Xfce design SIG

Charlie Kravetz cjk at teamcharliesangels.com
Sun Jun 19 20:21:13 CEST 2011

On Sun, 19 Jun 2011 20:29:50 +0300
Mișu Moldovan <dumol at xfce.org> wrote:

> On 29.05.2011 17:21, Simon Steinbeiß wrote:
> [snip]
> > Up to now there haven't been any bottom-up design initiatives in Xfce,
> > mainly users could file a bugreport/feature request, bug the developer
> > on irc or use the mailing-list. What I want to propose together with
> > Jannis Pohlmann is an Xfce design SIG (special interest group) that
> > doesn't consist of a fixed number or panel of members, but instead
> > features a very open approach: anyone can join the design SIG and
> > contribute to a task or propose a new task. Naturally this doesn't mean
> > that everything/anything the design SIG proposes will be picked up and
> > put into code by developers. The idea is that users and developers try
> > to get to a point where they say "This is what we think a good
> > $application (as in: image viewer, file-manager, etc.) should look
> > like."
> [snip]
> Hi,
> I'm an Xfce contributor mainly involved in localization, but with
> interests in usability and design (I use my own true dark GTK+ theme). I
> appreciate Xfce for its extraordinary flexibility which allows me to
> configure my desktop just the way I find it more productive.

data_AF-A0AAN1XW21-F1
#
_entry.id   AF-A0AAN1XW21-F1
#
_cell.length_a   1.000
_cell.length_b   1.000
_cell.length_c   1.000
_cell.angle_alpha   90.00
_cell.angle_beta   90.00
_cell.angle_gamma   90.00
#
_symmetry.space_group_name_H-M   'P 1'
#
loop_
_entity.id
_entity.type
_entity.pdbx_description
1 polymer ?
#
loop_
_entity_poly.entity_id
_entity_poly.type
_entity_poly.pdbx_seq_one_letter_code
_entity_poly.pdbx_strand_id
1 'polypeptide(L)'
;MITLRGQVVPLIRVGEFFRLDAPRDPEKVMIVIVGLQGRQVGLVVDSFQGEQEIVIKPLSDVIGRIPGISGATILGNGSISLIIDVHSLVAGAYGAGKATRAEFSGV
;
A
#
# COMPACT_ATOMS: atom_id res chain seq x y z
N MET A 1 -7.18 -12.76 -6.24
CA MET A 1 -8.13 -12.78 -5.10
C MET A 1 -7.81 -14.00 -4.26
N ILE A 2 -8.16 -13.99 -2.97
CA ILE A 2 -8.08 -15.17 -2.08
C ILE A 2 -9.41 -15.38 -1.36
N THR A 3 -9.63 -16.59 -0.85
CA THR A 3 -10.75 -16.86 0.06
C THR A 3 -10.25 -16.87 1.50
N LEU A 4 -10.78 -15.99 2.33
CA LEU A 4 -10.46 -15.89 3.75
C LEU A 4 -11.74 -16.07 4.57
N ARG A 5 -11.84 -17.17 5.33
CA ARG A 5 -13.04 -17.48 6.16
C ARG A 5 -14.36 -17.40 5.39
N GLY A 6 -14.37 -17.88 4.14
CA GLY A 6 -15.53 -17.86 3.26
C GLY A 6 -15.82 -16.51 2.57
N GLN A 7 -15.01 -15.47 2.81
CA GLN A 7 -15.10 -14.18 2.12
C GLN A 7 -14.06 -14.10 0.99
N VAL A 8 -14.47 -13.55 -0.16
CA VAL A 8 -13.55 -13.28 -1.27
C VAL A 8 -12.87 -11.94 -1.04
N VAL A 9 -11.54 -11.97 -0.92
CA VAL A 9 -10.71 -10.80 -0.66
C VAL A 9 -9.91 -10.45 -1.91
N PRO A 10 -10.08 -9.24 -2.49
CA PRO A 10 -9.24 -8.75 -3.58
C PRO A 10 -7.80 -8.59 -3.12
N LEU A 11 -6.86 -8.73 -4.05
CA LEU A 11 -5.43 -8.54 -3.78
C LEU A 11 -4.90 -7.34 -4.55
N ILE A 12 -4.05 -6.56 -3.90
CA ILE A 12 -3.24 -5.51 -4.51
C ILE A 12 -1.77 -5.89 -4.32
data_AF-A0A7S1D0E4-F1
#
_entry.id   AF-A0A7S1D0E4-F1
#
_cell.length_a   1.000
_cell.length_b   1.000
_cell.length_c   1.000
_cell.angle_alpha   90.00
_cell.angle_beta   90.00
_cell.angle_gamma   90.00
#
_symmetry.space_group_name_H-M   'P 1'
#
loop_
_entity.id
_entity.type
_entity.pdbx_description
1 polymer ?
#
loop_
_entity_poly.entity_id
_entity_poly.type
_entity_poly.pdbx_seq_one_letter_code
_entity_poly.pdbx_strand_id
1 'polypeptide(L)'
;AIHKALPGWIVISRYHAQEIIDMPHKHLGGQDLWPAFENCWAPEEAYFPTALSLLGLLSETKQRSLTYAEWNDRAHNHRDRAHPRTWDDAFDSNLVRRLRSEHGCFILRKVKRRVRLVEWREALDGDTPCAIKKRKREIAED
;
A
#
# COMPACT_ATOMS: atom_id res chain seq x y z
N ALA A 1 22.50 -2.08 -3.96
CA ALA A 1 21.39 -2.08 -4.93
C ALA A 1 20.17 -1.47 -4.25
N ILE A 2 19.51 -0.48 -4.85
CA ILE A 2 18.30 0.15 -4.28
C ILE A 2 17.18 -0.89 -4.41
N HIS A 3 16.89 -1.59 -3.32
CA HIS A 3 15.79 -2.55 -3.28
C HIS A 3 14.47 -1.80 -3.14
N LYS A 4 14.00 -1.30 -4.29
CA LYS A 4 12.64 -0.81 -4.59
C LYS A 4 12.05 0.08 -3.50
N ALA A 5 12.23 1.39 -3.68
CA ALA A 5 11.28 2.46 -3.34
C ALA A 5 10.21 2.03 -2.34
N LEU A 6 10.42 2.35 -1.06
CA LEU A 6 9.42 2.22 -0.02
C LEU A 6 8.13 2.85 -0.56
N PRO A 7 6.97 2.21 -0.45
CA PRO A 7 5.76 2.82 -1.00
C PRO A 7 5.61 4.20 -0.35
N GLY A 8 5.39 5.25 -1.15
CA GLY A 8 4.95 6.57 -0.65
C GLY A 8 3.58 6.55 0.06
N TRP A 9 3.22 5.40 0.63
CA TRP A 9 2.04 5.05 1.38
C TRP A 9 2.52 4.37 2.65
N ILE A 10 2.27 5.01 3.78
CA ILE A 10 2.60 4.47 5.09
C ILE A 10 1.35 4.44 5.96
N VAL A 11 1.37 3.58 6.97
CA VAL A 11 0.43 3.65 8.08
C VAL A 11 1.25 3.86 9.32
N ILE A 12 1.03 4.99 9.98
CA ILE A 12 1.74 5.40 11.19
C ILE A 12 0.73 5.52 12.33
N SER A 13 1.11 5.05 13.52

> Lately I've been trying and using for some time the alternative GTK+
> desktops (LXDE, Unity, GNOME 3.0) and I've been chewing some ideas for
> improving Xfce that draw from the experience of using the alternatives.
> I have also followed the evolution of other desktops (KDE, OSX and
> Windows mainly, but also the likes of ROX, Haiku and Syllable).
> I've read the pages at https://wiki.xfce.org/design/start and I think
> you are doing a great job, but my ideas are much more radical in
> comparison (not necessarily better, mind you). If I'm allowed to, I
> would like to list them:
>   1) minimizing the waste of vertical space (so precious on a widescreen
> display). Currently a typical app like Midori in Xfce, in a maximized
> state, loses vertical space to: top panel, title bar, menu bar, toolbar,
> tabs, status bar and bottom panel. That's a bit too much. Some apps try
> to compensate for this by merging some of these elements (e.g. Chromium
> merges the title bar with the tabs and the menu bar with the toolbar).